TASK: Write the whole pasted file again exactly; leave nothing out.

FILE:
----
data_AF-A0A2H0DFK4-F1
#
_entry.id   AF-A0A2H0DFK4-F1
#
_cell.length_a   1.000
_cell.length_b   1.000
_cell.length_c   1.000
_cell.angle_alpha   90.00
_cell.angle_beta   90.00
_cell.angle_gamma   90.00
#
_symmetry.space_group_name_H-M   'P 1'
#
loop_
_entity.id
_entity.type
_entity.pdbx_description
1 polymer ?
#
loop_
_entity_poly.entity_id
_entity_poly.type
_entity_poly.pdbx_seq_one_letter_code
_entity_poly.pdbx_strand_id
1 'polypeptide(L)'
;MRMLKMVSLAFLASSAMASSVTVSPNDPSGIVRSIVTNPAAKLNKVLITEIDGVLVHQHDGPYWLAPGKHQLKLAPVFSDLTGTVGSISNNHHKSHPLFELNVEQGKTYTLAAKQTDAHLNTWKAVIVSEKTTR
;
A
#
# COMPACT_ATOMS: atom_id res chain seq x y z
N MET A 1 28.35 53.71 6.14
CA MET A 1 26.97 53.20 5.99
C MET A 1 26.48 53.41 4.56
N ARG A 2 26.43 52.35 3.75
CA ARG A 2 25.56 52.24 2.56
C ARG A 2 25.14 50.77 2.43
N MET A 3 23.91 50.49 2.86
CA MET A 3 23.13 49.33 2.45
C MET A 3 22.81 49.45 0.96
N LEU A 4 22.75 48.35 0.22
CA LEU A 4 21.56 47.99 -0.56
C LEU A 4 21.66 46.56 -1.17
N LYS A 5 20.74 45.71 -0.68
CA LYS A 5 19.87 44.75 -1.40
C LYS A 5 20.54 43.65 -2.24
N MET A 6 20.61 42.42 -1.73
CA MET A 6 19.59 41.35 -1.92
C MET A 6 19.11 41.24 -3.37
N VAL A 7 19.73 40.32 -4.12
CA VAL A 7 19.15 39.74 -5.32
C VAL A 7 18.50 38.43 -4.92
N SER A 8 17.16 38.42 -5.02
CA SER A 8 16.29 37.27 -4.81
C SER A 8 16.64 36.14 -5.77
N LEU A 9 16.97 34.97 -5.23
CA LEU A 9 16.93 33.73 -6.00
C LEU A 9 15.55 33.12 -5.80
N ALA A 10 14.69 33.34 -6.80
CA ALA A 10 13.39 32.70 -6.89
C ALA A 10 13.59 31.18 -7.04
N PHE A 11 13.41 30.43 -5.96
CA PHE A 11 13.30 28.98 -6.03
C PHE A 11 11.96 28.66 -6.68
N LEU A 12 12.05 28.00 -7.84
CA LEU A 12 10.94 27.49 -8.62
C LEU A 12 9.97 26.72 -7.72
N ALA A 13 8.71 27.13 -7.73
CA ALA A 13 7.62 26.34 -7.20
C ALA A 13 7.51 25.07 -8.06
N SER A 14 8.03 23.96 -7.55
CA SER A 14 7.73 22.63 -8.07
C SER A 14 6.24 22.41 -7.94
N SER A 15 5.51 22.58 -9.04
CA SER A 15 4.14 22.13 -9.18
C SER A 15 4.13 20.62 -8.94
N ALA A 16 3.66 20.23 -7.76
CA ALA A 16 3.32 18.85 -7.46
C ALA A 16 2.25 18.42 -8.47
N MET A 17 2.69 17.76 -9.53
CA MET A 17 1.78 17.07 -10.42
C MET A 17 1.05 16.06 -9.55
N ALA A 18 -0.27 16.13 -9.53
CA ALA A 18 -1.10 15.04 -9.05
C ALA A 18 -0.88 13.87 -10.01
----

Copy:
data_AF-A0A2H0DFK4-F1
#
_entry.id   AF-A0A2H0DFK4-F1
#
_cell.length_a   1.000
_cell.length_b   1.000
_cell.length_c   1.000
_cell.angle_alpha   90.00
_cell.angle_beta   90.00
_cell.angle_gamma   90.00
#
_symmetry.space_group_name_H-M   'P 1'
#
loop_
_entity.id
_entity.type
_entity.pdbx_description
1 polymer ?
#
loop_
_entity_poly.entity_id
_entity_poly.type
_entity_poly.pdbx_seq_one_letter_code
_entity_poly.pdbx_strand_id
1 'polypeptide(L)'
;MRMLKMVSLAFLASSAMASSVTVSPNDPSGIVRSIVTNPAAKLNKVLITEIDGVLVHQHDGPYWLAPGKHQLKLAPVFSDLTGTVGSISNNHHKSHPLFELNVEQGKTYTLAAKQTDAHLNTWKAVIVSEKTTR
;
A
#
# COMPACT_ATOMS: atom_id res chain seq x y z
N MET A 1 28.35 53.71 6.14
CA MET A 1 26.97 53.20 5.99
C MET A 1 26.48 53.41 4.56
N ARG A 2 26.43 52.35 3.75
CA ARG A 2 25.56 52.24 2.56
C ARG A 2 25.14 50.77 2.43
N MET A 3 23.91 50.49 2.86
CA MET A 3 23.13 49.33 2.45
C MET A 3 22.81 49.45 0.96
N LEU A 4 22.75 48.35 0.22
CA LEU A 4 21.56 47.99 -0.56
C LEU A 4 21.66 46.56 -1.17
N LYS A 5 20.74 45.71 -0.68
CA LYS A 5 19.87 44.75 -1.40
C LYS A 5 20.54 43.65 -2.24
N MET A 6 20.61 42.42 -1.73
CA MET A 6 19.59 41.35 -1.92
C MET A 6 19.11 41.24 -3.37
N VAL A 7 19.73 40.32 -4.12
CA VAL A 7 19.15 39.74 -5.32
C VAL A 7 18.50 38.43 -4.92
N SER A 8 17.16 38.42 -5.02
CA SER A 8 16.29 37.27 -4.81
C SER A 8 16.64 36.14 -5.77
N LEU A 9 16.97 34.97 -5.23
CA LEU A 9 16.93 33.73 -6.00
C LEU A 9 15.55 33.12 -5.80
N ALA A 10 14.69 33.34 -6.80
CA ALA A 10 13.39 32.70 -6.89
C ALA A 10 13.59 31.18 -7.04
N PHE A 11 13.41 30.43 -5.96
CA PHE A 11 13.30 28.98 -6.03
C PHE A 11 11.96 28.66 -6.68
N LEU A 12 12.05 28.00 -7.84
CA LEU A 12 10.94 27.49 -8.62
C LEU A 12 9.97 26.72 -7.72
N ALA A 13 8.71 27.13 -7.73
CA ALA A 13 7.62 26.34 -7.20
C ALA A 13 7.51 25.07 -8.06
N SER A 14 8.03 23.96 -7.55
CA SER A 14 7.73 22.63 -8.07
C SER A 14 6.24 22.41 -7.94
N SER A 15 5.51 22.58 -9.04
CA SER A 15 4.14 22.13 -9.18
C SER A 15 4.13 20.62 -8.94
N ALA A 16 3.66 20.23 -7.76
CA ALA A 16 3.32 18.85 -7.46
C ALA A 16 2.25 18.42 -8.47
N MET A 17 2.69 17.76 -9.53
CA MET A 17 1.78 17.07 -10.42
C MET A 17 1.05 16.06 -9.55
N ALA A 18 -0.27 16.13 -9.53
CA ALA A 18 -1.10 15.04 -9.05
C ALA A 18 -0.88 13.87 -10.01